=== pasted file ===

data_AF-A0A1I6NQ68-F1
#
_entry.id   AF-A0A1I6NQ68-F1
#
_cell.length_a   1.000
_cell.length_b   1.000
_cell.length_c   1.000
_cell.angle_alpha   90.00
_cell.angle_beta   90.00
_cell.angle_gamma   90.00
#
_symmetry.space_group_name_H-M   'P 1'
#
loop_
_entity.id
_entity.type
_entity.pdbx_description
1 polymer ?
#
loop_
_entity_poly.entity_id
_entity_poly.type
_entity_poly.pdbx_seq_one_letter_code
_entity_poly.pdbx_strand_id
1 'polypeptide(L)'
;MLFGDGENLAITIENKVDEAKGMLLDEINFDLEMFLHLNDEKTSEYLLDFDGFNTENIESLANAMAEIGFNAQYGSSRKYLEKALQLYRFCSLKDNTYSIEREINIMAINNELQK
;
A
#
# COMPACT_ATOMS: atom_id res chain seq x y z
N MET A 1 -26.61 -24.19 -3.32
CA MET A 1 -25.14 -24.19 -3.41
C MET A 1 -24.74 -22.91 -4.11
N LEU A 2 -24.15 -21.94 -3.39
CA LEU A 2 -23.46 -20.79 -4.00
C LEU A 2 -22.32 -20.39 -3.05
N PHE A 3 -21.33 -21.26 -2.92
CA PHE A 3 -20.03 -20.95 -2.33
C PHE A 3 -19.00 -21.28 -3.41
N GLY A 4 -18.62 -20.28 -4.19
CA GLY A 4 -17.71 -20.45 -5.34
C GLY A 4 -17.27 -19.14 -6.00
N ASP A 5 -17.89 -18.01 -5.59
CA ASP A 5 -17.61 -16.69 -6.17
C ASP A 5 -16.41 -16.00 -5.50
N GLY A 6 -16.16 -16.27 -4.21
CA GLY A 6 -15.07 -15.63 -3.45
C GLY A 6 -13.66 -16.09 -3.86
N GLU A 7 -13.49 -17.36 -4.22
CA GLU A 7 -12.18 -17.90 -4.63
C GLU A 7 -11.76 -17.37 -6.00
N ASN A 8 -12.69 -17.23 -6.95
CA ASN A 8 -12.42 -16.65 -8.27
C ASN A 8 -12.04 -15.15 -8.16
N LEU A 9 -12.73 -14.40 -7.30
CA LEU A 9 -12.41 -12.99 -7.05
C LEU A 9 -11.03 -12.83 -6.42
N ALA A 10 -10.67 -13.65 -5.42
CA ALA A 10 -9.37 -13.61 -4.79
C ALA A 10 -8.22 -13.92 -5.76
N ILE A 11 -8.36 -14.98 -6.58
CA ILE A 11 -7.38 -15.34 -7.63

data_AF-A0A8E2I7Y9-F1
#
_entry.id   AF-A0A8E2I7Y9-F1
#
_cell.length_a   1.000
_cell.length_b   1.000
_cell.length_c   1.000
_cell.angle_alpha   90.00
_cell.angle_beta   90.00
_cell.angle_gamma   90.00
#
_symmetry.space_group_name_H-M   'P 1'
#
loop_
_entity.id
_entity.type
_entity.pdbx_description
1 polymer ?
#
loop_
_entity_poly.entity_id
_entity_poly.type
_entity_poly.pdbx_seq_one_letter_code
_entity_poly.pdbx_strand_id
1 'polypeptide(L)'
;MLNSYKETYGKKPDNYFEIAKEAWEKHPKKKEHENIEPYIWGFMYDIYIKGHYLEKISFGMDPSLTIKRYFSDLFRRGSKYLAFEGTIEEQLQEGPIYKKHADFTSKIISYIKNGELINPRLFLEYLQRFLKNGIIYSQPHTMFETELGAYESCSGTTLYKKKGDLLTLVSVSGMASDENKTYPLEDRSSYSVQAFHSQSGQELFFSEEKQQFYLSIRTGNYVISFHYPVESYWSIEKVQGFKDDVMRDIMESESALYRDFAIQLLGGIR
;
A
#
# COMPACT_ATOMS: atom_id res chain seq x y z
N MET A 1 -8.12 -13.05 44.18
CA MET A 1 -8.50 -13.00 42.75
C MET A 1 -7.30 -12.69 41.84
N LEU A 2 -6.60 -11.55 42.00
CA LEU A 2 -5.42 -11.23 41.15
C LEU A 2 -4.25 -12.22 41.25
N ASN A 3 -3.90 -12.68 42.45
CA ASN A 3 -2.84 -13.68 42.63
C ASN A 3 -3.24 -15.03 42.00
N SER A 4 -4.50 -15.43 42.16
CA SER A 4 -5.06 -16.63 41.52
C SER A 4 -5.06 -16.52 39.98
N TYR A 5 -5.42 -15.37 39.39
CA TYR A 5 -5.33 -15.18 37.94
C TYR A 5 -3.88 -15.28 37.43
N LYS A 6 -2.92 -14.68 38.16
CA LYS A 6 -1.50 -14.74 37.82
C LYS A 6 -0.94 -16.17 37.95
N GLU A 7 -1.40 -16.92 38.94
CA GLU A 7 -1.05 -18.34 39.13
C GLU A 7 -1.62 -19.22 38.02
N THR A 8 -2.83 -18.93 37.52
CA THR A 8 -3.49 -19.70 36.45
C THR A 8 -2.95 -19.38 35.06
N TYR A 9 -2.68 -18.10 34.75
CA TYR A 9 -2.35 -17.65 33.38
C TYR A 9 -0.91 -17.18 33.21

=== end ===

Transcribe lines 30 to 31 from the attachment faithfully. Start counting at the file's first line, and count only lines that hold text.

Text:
# COMPACT_ATOMS: atom_id res chain seq x y z
N MET A 1 -26.61 -24.19 -3.32